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Kids and Call of Duty

I'm sure we have all seen it or heard about it; kids of 12 or so – or even primary school ages - playing Call of Duty: Modern Warfare 3.

Despite the obvious violation of the 18 rating, the real difficulty we have with this is a complex one.

Peer pressure at school means the kids want to play it, and the parents tend to cave in to their children’s demands.

Perhaps this is because those parents are comfortable with their kids watching the numerous war films on TV during the day at weekends (mostly rated PG or U) as they did at a similar age, where we see large numbers of soldiers gunned down throughout, and frankly a pretty casual attitude to death.

Many perhaps feel the CoD games are no worse, and the fact they are playing socially with their school friends (from which they would otherwise be excluded if the parent prevents them from playing), tips the balance.

I have just started playing the excellent Skyrim. At time of writing I am perhaps five hours into what I suspect is a 100-hour-plus epic, but again it is unclear to me why it got a rating as high as 15.

Yes, there is blood, swordplay, frightening beasts and death, but I have seen all of those things in PG-rated films. It is the same with Fable and many others.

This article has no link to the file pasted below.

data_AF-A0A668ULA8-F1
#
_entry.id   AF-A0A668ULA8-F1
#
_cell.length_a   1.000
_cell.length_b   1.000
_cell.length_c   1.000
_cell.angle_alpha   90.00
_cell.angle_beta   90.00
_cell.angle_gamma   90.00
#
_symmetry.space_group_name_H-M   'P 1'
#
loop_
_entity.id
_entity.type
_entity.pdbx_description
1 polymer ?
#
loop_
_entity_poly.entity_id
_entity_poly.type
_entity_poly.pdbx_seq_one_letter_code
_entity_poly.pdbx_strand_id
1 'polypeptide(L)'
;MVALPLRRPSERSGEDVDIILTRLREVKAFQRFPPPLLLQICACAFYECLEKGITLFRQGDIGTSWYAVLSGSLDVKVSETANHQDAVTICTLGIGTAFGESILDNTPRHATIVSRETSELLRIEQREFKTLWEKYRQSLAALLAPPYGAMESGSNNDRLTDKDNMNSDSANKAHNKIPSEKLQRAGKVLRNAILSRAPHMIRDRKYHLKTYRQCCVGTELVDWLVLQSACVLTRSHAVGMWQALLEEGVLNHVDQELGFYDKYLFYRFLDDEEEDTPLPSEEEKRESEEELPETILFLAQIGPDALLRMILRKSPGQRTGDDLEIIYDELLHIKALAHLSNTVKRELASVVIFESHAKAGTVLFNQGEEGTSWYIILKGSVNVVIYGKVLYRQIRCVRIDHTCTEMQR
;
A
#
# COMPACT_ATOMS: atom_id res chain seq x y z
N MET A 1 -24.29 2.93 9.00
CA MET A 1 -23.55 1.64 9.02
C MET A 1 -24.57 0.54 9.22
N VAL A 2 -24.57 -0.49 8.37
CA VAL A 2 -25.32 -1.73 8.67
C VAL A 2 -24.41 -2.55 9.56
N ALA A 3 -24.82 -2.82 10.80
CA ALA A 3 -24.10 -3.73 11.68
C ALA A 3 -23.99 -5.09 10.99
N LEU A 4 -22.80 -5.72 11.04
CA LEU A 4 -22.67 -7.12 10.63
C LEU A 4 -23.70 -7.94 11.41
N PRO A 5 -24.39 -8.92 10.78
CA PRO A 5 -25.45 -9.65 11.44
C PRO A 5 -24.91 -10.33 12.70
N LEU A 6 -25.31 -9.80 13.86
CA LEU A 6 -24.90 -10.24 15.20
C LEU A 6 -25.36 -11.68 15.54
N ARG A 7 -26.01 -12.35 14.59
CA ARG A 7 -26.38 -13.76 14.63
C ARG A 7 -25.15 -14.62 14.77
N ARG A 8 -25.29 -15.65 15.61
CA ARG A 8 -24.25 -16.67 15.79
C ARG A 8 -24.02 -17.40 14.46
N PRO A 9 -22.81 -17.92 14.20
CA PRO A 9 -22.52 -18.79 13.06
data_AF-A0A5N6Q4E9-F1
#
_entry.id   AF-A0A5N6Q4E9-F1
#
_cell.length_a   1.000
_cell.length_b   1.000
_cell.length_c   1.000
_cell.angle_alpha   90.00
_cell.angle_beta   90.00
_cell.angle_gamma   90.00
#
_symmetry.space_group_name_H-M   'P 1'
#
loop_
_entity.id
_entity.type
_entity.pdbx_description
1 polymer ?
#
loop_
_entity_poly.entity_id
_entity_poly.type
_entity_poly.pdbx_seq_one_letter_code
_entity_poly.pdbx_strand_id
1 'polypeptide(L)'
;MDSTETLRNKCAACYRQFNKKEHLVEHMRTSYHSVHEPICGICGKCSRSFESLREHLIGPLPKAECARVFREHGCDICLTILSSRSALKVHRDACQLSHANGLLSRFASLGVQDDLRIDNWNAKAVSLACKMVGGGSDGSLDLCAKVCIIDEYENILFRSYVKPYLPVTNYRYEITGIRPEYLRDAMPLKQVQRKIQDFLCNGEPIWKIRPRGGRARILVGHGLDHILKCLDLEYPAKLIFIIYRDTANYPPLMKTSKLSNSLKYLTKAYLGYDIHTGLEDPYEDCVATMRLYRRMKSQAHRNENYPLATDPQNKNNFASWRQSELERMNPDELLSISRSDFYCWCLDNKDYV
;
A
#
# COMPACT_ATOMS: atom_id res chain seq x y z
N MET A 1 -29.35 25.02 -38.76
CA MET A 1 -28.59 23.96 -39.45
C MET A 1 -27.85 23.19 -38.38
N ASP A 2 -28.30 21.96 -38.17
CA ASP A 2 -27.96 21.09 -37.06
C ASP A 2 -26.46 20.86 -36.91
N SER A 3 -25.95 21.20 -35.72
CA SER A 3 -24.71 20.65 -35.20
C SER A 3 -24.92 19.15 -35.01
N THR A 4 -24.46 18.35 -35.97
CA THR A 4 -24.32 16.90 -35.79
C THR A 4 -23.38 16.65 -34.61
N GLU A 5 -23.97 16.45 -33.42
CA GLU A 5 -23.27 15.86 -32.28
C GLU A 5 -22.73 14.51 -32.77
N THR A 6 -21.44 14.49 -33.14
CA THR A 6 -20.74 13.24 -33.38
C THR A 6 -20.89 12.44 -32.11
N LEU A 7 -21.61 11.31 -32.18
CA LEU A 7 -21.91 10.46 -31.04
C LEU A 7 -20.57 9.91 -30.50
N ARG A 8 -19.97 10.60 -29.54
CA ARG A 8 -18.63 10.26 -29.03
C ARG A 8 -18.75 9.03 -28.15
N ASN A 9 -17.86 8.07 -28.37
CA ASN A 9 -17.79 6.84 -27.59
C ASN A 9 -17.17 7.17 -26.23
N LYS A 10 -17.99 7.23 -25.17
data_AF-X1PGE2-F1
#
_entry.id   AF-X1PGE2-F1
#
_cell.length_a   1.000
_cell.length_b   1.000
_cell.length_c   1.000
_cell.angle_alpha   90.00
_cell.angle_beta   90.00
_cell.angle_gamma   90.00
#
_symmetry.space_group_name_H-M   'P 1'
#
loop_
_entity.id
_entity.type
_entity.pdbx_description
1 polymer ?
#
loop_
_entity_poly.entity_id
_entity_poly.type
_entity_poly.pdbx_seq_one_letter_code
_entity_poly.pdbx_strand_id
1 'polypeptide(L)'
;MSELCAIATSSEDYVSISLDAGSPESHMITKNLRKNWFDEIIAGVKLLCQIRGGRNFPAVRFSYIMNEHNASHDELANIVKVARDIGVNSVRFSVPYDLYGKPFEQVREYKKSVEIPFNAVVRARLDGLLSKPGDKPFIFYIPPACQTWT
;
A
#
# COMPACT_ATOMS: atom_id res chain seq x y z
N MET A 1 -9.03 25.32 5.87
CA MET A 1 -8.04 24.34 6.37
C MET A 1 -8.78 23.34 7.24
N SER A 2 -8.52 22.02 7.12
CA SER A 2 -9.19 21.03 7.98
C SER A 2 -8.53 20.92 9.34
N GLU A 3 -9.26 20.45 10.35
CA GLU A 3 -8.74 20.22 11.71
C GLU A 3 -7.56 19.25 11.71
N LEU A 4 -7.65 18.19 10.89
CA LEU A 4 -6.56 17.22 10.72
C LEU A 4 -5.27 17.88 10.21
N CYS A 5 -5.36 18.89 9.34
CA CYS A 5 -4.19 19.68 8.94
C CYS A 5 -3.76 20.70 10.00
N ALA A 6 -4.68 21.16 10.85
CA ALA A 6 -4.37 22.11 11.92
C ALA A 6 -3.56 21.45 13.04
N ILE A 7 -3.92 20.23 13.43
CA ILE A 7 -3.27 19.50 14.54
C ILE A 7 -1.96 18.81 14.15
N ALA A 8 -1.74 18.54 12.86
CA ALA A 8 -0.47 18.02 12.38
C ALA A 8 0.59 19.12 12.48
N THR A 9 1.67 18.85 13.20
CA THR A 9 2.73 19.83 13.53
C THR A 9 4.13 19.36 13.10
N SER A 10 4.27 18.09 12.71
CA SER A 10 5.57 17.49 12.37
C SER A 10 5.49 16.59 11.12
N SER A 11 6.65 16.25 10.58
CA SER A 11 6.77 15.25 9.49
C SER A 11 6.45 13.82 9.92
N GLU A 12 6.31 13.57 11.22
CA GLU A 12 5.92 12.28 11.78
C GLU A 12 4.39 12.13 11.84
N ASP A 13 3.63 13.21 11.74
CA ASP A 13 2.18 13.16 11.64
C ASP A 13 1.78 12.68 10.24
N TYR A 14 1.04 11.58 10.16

Red Dead Redemption is another one – again a game with strong daytime TV parallels, and another one where the player cannot resist collecting flowers, even though the gameplay benefit is minimal.

I suspect the issue is one that it is possible to hog-tie people and the nature of some of the storylines is pretty seedy.

But does it really justify an ‘18’? In Fallout 3 – also an ‘18’ – OK, people can be sold into slavery, but this is the case in many PG films (and in Elite).

Now, the easy response for those in our industry, whenever a red-topped paper blames us once again for all the world's ills, is to point out the rating on the game, and blame the parents for letting them play it. But do we really agree with blanket ratings?

The nub of the issue I think, is the presumption that because the player is controlling what happens, this means it must have a much higher rating than if it is purely a passive experience.

Nevertheless, there is an argument the other way, too. If you are in control you can play the game the way you like. If you can be the hero, you can behave honourably.

It is all about expectation. Currently it is clear our ratings are not being taken seriously. Parental expectations are based on games they have seen before with a similar rating.
Parents themselves may have played through games like Fable (a 15) or even Red Dead Redemption (an 18) and found it fine for their 12 year old, so will assume other similarly rated games are also OK.

The trouble here is that there is no ‘headroom’ for when a game should get a genuine ‘18’ rating.

If a game is going to get an ‘18’ rating anyway, then there is little commercial pressure not to include elements that I personally think are unacceptable, like the airport massacre in Modern Warfare 2.